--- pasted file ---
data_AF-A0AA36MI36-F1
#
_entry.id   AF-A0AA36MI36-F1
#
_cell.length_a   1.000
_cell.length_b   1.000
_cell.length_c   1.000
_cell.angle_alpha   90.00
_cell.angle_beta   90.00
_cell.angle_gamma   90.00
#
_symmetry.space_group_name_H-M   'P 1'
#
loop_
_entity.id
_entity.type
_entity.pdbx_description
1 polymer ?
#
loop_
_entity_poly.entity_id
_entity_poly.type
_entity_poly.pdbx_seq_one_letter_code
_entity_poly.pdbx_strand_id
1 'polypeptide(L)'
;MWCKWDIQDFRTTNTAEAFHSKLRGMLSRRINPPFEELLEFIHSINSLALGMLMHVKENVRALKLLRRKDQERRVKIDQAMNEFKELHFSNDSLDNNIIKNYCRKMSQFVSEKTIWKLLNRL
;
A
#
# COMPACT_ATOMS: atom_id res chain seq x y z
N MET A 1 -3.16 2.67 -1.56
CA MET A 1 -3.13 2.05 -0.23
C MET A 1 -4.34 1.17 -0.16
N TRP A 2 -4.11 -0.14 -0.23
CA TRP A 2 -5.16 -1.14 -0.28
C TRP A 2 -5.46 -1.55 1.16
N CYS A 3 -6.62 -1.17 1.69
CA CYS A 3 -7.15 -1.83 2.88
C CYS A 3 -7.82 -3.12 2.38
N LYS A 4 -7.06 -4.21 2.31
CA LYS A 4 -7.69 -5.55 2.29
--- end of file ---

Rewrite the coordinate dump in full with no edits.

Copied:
data_AF-A0AA36MI36-F1
#
_entry.id   AF-A0AA36MI36-F1
#
_cell.length_a   1.000
_cell.length_b   1.000
_cell.length_c   1.000
_cell.angle_alpha   90.00
_cell.angle_beta   90.00
_cell.angle_gamma   90.00
#
_symmetry.space_group_name_H-M   'P 1'
#
loop_
_entity.id
_entity.type
_entity.pdbx_description
1 polymer ?
#
loop_
_entity_poly.entity_id
_entity_poly.type
_entity_poly.pdbx_seq_one_letter_code
_entity_poly.pdbx_strand_id
1 'polypeptide(L)'
;MWCKWDIQDFRTTNTAEAFHSKLRGMLSRRINPPFEELLEFIHSINSLALGMLMHVKENVRALKLLRRKDQERRVKIDQAMNEFKELHFSNDSLDNNIIKNYCRKMSQFVSEKTIWKLLNRL
;
A
#
# COMPACT_ATOMS: atom_id res chain seq x y z
N MET A 1 -3.16 2.67 -1.56
CA MET A 1 -3.13 2.05 -0.23
C MET A 1 -4.34 1.17 -0.16
N TRP A 2 -4.11 -0.14 -0.23
CA TRP A 2 -5.16 -1.14 -0.28
C TRP A 2 -5.46 -1.55 1.16
N CYS A 3 -6.62 -1.17 1.69
CA CYS A 3 -7.15 -1.83 2.88
C CYS A 3 -7.82 -3.12 2.38
N LYS A 4 -7.06 -4.21 2.31
CA LYS A 4 -7.69 -5.55 2.29